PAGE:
The amusing thing is that nearly all that “increase” in PT spending will go straight back to the government as increased track access fees charged by KiwiRail and the fact that NZTA is now paying for Auckland’s electric trains – in other words, drivers from around the whole country will pay for half the cost of Auckland’s electric trains. Interesting for the rest of the country to ponder, as originally they were going to be paid for by Aucklanders alone through the regional fuel tax.

    It’s also somewhat disingenuous to say that this government has contributed $2 billion to rail. That includes the $600 million for Project DART (funded in the 2006 budget), $500 million for the infrastructure side of rail electrification (funded in the 2007 budget), $250 million for Wellington’s Matangi trains (90% funded by the Labour government) and of course the $500 million for the electric trains that I’ve discussed above (effectively the govt is claiming they’re paying for the trains twice over, when actually they’re only paying half).

    The “new” spending comment is disingenuous. All capital expenditure on transport over the next six years in the GPS is “new” spending. It’s not money that’s spent maintaining our existing roads or subsidising existing public transport services. It’s all new spend that we could avoid if we didn’t want to spend it. Of this “new” spending, around $8 billion is going into state highways and $272 million into public transport infrastructure.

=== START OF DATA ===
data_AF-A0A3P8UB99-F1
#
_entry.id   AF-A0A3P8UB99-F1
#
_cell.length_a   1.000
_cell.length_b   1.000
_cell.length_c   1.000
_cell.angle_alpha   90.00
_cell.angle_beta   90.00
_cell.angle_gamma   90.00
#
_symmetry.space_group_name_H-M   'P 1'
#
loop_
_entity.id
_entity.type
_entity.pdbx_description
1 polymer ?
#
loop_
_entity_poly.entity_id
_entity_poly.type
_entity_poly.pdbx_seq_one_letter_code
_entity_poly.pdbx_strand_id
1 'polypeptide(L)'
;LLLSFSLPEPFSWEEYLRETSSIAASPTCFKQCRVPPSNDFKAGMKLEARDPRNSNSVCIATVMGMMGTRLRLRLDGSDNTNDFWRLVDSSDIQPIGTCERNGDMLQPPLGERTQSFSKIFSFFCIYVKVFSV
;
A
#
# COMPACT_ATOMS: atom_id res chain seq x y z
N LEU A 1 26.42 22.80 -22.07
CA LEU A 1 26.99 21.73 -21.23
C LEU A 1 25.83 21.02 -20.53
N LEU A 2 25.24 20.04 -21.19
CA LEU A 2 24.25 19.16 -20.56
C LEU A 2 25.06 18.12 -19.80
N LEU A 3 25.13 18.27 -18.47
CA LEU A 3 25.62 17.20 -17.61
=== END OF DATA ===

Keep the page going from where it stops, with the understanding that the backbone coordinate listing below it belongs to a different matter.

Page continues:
Setting aside the PT versus roads debate, the real problem with the GPS is its ignorance of roads maintenance. Roads maintenance funding has effectively been frozen for the next decade, both on state highways and local roads. Focusing on building shiny new roads at the expense of looking after what we’ve got in an American approach to infrastructure that’s a recipe for disaster: kinda like building a huge addition to your house but not bothering to paint your weatherboards.

    Within public transport funding, the huge focus on PT services and the slashing of PT infrastructure is also pretty stupid. PT infrastructure funding goes to things like ferry terminal upgrades, train station improvements, bus priority systems, integrated ticketing implementation and so forth. All things to make PT more efficient, effective and less reliant on subsidies. So effectively the government’s priorities will mean that we can’t improve the efficiency of the system and, once again, it will cost much more in the long run.

    Finally – there’s no real need to expand the state highway network. NZTA’s own data says that traffic flows around the country are the same as they were in 2005. Meanwhile, PT patronage in Auckland grew 8.5% last year. The government’s approach to transport funding is like expanding capacity in your factory for blue socks when demand is static, while slashing funding for upgrading your machines that make red socks – even though demand for red socks is increasing dramatically.